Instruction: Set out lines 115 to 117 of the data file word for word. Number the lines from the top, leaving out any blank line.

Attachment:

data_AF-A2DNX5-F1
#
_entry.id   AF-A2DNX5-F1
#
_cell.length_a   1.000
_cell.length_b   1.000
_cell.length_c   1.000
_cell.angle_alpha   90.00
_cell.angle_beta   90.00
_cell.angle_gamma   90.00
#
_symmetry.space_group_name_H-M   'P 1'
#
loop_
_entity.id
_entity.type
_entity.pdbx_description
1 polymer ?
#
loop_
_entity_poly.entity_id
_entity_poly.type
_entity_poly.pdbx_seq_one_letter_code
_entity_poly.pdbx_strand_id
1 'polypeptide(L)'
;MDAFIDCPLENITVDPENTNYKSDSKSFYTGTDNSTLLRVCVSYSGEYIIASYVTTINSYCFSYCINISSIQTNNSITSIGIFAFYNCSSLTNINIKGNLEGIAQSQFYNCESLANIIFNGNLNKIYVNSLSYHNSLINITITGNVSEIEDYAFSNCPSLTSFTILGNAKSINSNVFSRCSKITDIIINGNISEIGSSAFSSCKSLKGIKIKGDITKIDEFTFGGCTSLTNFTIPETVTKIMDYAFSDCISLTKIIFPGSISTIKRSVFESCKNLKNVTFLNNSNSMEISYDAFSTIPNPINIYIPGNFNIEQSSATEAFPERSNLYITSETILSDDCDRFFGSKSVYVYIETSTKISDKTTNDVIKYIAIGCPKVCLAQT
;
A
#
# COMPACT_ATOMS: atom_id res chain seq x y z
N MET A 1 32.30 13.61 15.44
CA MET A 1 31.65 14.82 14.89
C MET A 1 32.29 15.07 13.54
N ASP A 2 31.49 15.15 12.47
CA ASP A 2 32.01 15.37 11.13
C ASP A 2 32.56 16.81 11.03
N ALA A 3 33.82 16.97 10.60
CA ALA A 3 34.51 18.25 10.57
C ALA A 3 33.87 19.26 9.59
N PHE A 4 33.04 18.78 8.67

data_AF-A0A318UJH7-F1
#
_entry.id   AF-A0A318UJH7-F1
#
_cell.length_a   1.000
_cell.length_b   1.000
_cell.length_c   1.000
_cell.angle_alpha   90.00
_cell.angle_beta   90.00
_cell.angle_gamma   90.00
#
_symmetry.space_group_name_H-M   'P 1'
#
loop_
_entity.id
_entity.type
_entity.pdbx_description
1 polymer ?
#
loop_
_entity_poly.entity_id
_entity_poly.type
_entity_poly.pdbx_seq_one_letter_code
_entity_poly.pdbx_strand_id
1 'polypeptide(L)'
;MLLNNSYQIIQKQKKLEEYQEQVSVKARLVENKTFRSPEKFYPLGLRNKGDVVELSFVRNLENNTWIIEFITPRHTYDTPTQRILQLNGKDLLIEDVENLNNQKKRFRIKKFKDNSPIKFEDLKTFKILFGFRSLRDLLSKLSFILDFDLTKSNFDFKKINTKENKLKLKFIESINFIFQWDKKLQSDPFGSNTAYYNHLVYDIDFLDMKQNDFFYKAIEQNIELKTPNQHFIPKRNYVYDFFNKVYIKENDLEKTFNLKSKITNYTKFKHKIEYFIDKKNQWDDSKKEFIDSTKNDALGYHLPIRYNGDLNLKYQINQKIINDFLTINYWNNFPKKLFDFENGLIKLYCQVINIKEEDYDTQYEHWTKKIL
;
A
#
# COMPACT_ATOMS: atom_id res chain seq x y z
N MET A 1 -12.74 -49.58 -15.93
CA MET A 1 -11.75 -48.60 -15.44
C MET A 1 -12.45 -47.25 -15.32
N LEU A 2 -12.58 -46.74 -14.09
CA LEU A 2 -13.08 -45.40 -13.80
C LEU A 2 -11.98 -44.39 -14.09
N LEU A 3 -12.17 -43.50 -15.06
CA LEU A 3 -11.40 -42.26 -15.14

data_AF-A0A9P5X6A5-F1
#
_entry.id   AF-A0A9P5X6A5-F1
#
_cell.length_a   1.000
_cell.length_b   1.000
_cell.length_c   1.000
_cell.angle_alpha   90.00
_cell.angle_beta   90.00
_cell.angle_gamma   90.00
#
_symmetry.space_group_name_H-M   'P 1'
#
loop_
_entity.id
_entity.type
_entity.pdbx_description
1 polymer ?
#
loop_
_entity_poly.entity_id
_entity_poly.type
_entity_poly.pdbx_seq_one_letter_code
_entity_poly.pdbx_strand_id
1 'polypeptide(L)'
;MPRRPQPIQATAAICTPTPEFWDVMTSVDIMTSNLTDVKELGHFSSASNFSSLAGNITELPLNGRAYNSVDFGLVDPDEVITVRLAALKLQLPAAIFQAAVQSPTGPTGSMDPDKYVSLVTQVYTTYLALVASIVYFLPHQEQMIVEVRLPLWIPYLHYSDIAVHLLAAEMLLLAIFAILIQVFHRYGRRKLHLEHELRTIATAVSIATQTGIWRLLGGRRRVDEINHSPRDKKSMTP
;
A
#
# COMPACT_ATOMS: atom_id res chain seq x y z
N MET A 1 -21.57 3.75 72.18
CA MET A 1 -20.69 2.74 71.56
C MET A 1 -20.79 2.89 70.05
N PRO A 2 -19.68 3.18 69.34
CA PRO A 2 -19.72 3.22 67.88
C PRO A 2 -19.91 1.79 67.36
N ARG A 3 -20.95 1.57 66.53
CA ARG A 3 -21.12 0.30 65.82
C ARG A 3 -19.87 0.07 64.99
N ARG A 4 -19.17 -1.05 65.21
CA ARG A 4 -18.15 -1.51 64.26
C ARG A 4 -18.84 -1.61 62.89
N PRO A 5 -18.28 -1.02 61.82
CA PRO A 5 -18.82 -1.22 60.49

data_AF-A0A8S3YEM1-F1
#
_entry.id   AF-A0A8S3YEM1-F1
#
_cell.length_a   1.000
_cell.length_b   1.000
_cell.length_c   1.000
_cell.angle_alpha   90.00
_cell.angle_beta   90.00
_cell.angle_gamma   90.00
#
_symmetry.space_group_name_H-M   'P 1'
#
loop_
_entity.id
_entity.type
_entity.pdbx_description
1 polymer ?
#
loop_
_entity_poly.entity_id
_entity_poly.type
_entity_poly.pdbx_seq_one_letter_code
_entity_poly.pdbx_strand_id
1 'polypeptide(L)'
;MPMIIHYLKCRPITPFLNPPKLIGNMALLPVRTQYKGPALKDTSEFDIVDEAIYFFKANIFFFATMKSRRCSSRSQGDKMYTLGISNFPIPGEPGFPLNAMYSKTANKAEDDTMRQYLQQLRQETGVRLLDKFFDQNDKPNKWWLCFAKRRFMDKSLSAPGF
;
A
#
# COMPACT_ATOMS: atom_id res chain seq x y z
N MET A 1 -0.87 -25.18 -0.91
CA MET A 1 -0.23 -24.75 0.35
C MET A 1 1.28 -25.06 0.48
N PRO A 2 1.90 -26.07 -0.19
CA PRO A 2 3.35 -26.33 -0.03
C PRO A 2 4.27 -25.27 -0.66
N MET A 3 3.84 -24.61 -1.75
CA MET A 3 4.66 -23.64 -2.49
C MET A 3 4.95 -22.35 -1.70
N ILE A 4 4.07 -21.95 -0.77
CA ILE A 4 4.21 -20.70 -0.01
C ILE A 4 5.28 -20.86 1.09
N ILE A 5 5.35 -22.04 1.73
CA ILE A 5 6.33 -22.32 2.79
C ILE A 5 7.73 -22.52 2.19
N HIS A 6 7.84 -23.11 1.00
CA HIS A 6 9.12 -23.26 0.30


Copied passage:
N ARG A 3 -20.95 1.57 66.53
CA ARG A 3 -21.12 0.30 65.82
C ARG A 3 -19.87 0.07 64.99